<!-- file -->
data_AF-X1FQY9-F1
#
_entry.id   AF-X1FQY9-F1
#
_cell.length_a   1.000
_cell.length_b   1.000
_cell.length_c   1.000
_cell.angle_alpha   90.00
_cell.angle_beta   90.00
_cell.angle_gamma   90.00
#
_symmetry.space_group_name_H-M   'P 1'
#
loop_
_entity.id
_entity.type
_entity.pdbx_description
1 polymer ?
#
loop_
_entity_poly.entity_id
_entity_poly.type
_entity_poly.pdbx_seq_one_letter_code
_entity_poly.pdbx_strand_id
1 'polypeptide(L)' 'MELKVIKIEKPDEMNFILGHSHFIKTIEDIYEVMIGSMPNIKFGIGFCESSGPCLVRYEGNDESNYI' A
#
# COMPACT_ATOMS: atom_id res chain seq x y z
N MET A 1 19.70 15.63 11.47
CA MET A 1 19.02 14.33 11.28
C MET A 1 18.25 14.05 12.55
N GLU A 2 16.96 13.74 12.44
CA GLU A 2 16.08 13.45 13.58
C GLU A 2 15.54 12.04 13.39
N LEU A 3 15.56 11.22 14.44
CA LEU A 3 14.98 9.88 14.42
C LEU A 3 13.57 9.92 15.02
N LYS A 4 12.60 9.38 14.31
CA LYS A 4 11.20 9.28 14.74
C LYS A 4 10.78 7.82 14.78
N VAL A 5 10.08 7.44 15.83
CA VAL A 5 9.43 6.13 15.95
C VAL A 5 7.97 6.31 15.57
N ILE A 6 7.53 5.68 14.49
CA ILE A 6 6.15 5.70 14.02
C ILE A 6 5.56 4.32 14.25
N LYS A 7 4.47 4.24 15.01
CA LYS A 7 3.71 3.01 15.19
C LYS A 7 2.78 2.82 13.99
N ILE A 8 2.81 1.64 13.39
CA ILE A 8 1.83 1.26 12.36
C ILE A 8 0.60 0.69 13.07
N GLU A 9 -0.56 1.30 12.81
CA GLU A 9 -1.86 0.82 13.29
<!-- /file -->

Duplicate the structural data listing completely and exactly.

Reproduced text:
data_AF-X1FQY9-F1
#
_entry.id   AF-X1FQY9-F1
#
_cell.length_a   1.000
_cell.length_b   1.000
_cell.length_c   1.000
_cell.angle_alpha   90.00
_cell.angle_beta   90.00
_cell.angle_gamma   90.00
#
_symmetry.space_group_name_H-M   'P 1'
#
loop_
_entity.id
_entity.type
_entity.pdbx_description
1 polymer ?
#
loop_
_entity_poly.entity_id
_entity_poly.type
_entity_poly.pdbx_seq_one_letter_code
_entity_poly.pdbx_strand_id
1 'polypeptide(L)' 'MELKVIKIEKPDEMNFILGHSHFIKTIEDIYEVMIGSMPNIKFGIGFCESSGPCLVRYEGNDESNYI' A
#
# COMPACT_ATOMS: atom_id res chain seq x y z
N MET A 1 19.70 15.63 11.47
CA MET A 1 19.02 14.33 11.28
C MET A 1 18.25 14.05 12.55
N GLU A 2 16.96 13.74 12.44
CA GLU A 2 16.08 13.45 13.58
C GLU A 2 15.54 12.04 13.39
N LEU A 3 15.56 11.22 14.44
CA LEU A 3 14.98 9.88 14.42
C LEU A 3 13.57 9.92 15.02
N LYS A 4 12.60 9.38 14.31
CA LYS A 4 11.20 9.28 14.74
C LYS A 4 10.78 7.82 14.78
N VAL A 5 10.08 7.44 15.83
CA VAL A 5 9.43 6.13 15.95
C VAL A 5 7.97 6.31 15.57
N ILE A 6 7.53 5.68 14.49
CA ILE A 6 6.15 5.70 14.02
C ILE A 6 5.56 4.32 14.25
N LYS A 7 4.47 4.24 15.01
CA LYS A 7 3.71 3.01 15.19
C LYS A 7 2.78 2.82 13.99
N ILE A 8 2.81 1.64 13.39
CA ILE A 8 1.83 1.26 12.36
C ILE A 8 0.60 0.69 13.07
N GLU A 9 -0.56 1.30 12.81
CA GLU A 9 -1.86 0.82 13.29